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I'm designing a Mosfet based switch that uses a low current reed switch to control either 24V or 12V LED strip lighting. Having some issues with the protection circuits. My specifications are as follows:

  • 12-24V DC input
  • 2A Max output current
  • Reverse polarity protection
  • Short circuit protection

My current circuit diagram: Circuit Diagram

Operation as follows:

  • Input & output at the bottom left, MSTBA4.
  • Switch connected top right SWT1
  • Zener D1 ensures the gates are not driven above 15V to protect them from high voltage damage
  • Q1 is connected in anti-series (drain to ground) and serves as reverse input protection, when reverse input the gate is pulled to ground through R1 turning Q1 off. During normal operation Q1 is turned on and bypasses its internal body diode.
  • Q2 is the main switch, when the switch closes then Q2 is turned on and connects the load. (Low side switched)
  • F1 is a Bourns MF-R250 PTC resetable fuse rated 30V 2.5A (trip current 5A) This is a problem as I will explain shortly.
  • D2 is a Bidirectional TVS diode to absorb any transients.

The design works but there are a few issues I would like to improve, mostly with the current protection. The PTC takes about 5A to trip in a reasonable time, the 'fets are ok with this as they can handle 10A (thermal considerations aside). The problem comes with using a supply with current limiting such as a lab supply. For example with a current limit of 3A on the supply, the input voltage drops before the PTC kicks in. Once the input voltage is low enough the gate voltage on Q2 drops and causes it to leave saturation and enter triode region. Now Q2 starts to dissipate all the energy itself and fails! When working with a 24V Meanwell PSU this isn't an issue (NES-50-24), however I'm worried about this switch being used with other supplies...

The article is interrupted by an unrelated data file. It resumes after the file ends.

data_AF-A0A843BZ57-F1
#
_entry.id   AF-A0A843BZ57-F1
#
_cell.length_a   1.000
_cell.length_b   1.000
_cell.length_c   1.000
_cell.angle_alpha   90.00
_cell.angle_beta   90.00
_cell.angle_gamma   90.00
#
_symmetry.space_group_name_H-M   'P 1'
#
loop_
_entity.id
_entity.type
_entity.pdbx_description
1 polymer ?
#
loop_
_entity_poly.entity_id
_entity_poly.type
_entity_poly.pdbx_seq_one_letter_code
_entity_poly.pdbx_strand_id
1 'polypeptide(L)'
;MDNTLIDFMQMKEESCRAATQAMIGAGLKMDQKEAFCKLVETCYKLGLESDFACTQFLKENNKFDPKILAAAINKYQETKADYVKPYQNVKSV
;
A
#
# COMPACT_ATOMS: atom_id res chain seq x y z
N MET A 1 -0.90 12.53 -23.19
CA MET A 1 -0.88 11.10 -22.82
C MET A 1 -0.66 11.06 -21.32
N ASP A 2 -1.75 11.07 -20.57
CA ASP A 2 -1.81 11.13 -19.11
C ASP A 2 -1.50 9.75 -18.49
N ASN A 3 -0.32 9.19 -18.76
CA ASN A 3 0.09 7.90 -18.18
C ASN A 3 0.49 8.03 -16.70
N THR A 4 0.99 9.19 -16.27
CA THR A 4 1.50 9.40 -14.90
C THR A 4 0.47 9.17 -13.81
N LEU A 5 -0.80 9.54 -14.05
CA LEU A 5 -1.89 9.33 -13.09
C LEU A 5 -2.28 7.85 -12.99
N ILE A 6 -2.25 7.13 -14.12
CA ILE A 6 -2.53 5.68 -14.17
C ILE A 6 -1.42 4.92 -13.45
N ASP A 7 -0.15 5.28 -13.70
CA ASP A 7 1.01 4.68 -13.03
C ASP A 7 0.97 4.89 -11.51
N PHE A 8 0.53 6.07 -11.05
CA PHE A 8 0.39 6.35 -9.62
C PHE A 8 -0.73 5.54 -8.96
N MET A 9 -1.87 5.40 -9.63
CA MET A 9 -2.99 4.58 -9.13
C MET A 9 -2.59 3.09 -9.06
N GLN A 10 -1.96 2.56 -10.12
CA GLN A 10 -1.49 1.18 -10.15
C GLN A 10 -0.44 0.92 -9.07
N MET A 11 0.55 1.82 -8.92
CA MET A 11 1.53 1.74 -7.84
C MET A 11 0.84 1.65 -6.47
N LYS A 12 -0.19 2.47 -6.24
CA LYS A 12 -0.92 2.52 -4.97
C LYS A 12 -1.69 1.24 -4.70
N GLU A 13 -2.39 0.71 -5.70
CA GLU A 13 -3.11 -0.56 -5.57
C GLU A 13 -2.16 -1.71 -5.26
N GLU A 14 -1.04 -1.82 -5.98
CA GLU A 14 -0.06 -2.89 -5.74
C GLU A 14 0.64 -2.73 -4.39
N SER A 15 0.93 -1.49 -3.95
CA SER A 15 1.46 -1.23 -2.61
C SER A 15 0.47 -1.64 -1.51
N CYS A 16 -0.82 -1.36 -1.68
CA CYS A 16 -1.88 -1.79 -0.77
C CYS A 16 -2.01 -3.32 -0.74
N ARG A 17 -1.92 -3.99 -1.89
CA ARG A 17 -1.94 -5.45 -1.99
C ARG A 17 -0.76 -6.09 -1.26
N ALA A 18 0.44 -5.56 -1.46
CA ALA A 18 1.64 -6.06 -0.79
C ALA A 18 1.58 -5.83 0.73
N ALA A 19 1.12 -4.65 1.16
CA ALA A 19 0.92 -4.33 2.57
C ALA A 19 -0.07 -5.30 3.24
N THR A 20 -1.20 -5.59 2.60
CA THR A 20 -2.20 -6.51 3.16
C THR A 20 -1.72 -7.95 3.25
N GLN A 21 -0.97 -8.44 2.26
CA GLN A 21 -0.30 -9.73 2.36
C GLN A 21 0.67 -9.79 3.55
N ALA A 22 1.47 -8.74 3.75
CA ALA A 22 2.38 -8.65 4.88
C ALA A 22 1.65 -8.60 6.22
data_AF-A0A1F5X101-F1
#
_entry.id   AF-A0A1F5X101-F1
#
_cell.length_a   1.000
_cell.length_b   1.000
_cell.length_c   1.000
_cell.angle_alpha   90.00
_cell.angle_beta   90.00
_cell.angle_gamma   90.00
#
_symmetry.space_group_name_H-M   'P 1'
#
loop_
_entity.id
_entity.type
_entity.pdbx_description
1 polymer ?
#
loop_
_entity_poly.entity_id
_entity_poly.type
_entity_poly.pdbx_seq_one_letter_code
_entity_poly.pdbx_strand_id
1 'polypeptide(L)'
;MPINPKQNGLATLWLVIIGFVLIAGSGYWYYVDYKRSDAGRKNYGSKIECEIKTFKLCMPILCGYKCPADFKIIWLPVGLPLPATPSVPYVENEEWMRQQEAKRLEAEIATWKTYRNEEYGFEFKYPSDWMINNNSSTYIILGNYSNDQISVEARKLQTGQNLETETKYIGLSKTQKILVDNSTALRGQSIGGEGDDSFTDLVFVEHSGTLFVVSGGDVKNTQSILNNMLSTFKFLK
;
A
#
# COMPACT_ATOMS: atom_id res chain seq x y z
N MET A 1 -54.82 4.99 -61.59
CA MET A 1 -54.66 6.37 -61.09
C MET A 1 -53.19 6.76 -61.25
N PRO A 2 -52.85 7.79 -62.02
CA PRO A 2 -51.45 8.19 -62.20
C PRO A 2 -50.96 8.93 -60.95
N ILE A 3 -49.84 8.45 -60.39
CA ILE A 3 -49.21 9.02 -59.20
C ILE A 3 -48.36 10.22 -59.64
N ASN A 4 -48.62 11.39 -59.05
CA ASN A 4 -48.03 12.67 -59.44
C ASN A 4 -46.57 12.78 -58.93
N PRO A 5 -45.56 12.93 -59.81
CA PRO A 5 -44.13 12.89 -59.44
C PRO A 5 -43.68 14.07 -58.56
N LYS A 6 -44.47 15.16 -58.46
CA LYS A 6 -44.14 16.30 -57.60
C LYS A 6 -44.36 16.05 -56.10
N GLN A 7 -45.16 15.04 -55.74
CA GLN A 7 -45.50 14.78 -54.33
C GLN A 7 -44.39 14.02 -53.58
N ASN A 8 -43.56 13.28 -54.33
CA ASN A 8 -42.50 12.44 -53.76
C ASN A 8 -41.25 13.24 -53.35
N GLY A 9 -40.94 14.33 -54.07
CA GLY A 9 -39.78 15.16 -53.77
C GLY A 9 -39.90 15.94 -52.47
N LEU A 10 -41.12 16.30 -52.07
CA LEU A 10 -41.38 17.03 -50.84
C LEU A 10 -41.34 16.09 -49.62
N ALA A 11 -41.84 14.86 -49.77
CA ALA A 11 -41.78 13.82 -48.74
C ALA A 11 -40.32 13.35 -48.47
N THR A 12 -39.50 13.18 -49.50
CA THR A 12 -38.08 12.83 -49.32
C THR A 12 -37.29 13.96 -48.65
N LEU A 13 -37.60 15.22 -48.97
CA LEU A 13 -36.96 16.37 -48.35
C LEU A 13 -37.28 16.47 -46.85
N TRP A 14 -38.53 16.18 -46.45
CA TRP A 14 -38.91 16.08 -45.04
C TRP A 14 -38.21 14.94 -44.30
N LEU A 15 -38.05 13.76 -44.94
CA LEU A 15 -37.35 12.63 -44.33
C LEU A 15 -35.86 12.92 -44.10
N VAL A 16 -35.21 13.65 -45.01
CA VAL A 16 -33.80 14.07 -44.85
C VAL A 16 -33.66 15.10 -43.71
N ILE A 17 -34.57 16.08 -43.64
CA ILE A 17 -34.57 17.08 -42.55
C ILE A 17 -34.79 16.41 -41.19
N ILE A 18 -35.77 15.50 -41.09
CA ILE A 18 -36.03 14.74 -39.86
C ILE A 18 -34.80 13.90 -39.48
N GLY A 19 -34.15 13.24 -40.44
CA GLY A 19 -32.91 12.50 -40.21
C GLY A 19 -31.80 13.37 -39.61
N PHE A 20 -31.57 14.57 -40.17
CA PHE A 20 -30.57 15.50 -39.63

The goal is to keep the cost and complexity as low as possible. I've considered some options:

  • Add a comparator circuit for undervoltage protection. i.e. when input is <12V, pull Q2 gate to ground. > Problem here is even with hysteresis this causes the circuit to oscillate as the PSU recovers and then trips the protection again.
  • Add over current protection with a current shunt and small op-amp + comparator to turn Q2 off. Again same problem with oscillation, also increases complexity.

Any suggestions?

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    \$\begingroup\$ So, the protection oscillates with a crap power supply. Why is this a problem. You can use a capacitor to keep this at a low rate (maybe once per second). \$\endgroup\$ – Andy aka Jun 20 '16 at 16:55
  • \$\begingroup\$ @Andyaka, would it be fair for me to assume (perhaps even stipulate to the customer) that a decent DC PSU will shutdown when the output voltage drops below a certain boundary of normal operation? If so then I am simply over complicating things for myself and the design is good \$\endgroup\$ – Rambo Oct 3 '16 at 14:11
  • \$\begingroup\$ I believe so but please do try and ensure the rate at which it switches isn't annoyingly higher than once per second. \$\endgroup\$ – Andy aka Oct 3 '16 at 14:17
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Just some ideas, but you could try the following...

1 - Replace Q1, D1, C1 and R1 with a single Schottky diode for reverse current protection.

2 - Replace Q2 with a BJT constant current source, for which you could repurpose D1 and R1.

These ideas eliminate two components and any ESD concerns, while providing inherent current limiting.

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    \$\begingroup\$ This isn't an improvement to OPs circuit: Your suggestion would cause an additional voltage drop of around 1,1V (where ~0,4 V is lost in the schottky and 0,7 V in the bjt). In a short circuit the BJT would also die very quickly from overheating unless a massive heat sink is added for it, since it would try to maintain the nominal output current while having the full input voltage over it. \$\endgroup\$ – jms Aug 2 '16 at 10:01
  • \$\begingroup\$ Agree with @jms on this, I went with the twin 'FET solution to minimise the losses in a schottky. \$\endgroup\$ – Rambo Oct 3 '16 at 14:09

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